The church on the hill. The hill that used to be where the fort stood back in the French and Indian war days. The fort where they dug trenches for the troops to walk through without risk of drawing enemy fire, trenches that were simply covered up by the church built above in 1850. Emmanuel Parish church in Cumberland Maryland has a history that can simply not be matched by many churches in this country.
Imagine a church located up above the hardscrabble town down by the river. Just across the river, a few hundred yards away, was Virginia. It was a common path for those traveling the underground railroad to take advantage of the tunnels underneath the church. Even though Maryland was a slave state, just a few miles to the north was the famous Mason-Dixon line and the free state of Pennsylvania. Today, the tunnels serve to store electrical switchgear, and the guts of the HVAC system. But always with an ear towards the past, and the footsteps of those who long ago passed through these trenches on their way to a hoped-for freedom.
My family was able to hear about the history of this church and learn the stories from its docent, Ron Growden. It was wonderful to hear him tell the stories and hear his descriptions of the church and its wonderful Tiffany windows and altar. As in many older main-line Protestant churches, the wealth of the church in the past still shines through the memorial gifts given long ago. Only this time, the gifts were manifested in three large stained glass windows commissioned from the Tiffany company. A scene showing the adoration of the shepherds was built, with the window aimed to capture the sun from the east, intended to direct the morning light of the sun through the image of the Christmas star above the stable. Subtle shadings of blue in the Virgin’s dress were made by increasing the thickness of the glass, making the garment come alive.
In the rear of the church, the windows represented the second coming, with angels carrying horns matched by the trumpet en chamade pipes extending perpendicular to the rear wall.
But for me, the real highlight of the windows was the one depicting the story of Rizpah. Though I am relatively familiar with the bible, I was unaware of her story. How she was a concubine of Saul, and had bore him two sons. How when David took over the throne, he gave Rizpah’s sons up with the other male descendents of Saul to the Gibeonites, and they tortured and killed them. Then Rizpah stood guard over their corpses both day and night to prevent their bodies from being desecrated by animals. In the depiction in glass, her image was borrowed from the statue in New York Harbor, and she held a torch in her hand that lit the ground around her and on the bodies of her sons suspended from crosses. The light that emanated from her torch was golden, and soft, but through Tiffany’s artistry, it becomes a striking focal point for the wall. It is difficult to turn your eyes away from the Art Deco influenced glass portrayal of a strong woman.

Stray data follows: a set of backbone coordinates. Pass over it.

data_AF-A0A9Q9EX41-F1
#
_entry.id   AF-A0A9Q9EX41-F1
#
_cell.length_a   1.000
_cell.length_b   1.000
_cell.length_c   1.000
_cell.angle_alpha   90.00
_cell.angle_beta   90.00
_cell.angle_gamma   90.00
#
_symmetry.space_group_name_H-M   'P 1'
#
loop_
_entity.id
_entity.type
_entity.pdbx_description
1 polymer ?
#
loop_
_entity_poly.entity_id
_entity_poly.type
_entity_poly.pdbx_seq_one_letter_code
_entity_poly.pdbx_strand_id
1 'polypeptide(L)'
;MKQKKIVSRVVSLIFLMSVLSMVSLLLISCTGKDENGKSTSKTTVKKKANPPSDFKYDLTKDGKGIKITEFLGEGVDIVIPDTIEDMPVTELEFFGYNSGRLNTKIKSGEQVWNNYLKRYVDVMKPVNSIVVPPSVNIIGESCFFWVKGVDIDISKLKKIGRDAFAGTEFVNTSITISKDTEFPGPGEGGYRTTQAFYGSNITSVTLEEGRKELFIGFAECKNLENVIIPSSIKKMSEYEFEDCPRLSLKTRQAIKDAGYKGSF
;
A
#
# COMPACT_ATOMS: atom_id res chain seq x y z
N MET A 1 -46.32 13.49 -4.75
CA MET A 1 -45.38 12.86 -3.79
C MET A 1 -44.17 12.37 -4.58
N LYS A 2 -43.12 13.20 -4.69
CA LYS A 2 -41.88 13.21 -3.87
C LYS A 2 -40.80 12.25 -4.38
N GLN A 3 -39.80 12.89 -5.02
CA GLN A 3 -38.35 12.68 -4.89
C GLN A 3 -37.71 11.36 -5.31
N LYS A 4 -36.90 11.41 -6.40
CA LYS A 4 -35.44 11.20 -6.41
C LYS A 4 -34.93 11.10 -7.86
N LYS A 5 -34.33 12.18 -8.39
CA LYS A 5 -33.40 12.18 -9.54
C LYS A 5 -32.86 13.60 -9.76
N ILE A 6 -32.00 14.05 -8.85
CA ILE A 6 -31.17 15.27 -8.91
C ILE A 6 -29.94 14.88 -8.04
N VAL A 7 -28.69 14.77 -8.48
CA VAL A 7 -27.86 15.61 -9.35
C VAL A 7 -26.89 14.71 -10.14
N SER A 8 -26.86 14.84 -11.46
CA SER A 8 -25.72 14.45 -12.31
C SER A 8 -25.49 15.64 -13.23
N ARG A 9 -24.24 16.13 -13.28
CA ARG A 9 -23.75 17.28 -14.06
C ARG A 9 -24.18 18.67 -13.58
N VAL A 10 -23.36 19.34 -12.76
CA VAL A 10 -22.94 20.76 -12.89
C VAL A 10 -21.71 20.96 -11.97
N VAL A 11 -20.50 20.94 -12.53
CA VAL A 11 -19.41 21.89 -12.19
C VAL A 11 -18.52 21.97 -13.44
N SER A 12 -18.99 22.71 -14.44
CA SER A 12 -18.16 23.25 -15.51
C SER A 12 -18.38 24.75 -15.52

Though the church has an extensive past, and the money available to the church in the past was evident in the art work made available for future generations, the present state of the church is similar to many other old main-line Protestant churches. Ron told us about the efforts to make the church part of a National Park Service site to commemorate the underground railroad, which would help to off-load some of the support costs for the building. But when we came back to the church the next day on Sunday morning, the morning of the annual meeting for the parish, the attendance was only slightly more than what we experience in our own parish church in Charleston, West Virginia. St. John’s Charleston shares a long history as a flagship downtown church in an Appalachian city worn down by deindustrialization. It too has vivid portrayals in stained glass, although it does not have anything like Tiffany windows to share. But the attendance at services continues to slide, and it seems like the type of religious service it offers is less and less desired as our nation continues its secularization.
Our son was outed at the church that day. He is actually an organist, and has lived in the area for over three years without having revealed that side of his skills to the community of organists. That is a community that is very welcoming, since there are fewer and fewer young organists coming along. Whether he takes advantage of the opportunity and begins an association with this church, I don’t know, but it never hurts to give a gentle guiding touch in a direction that his parents think will help him in his future life.
I wish to express my appreciation to the church and to its website, for the pictures used in this post. The church’s website is https://www.emmanuelparishofmd.org/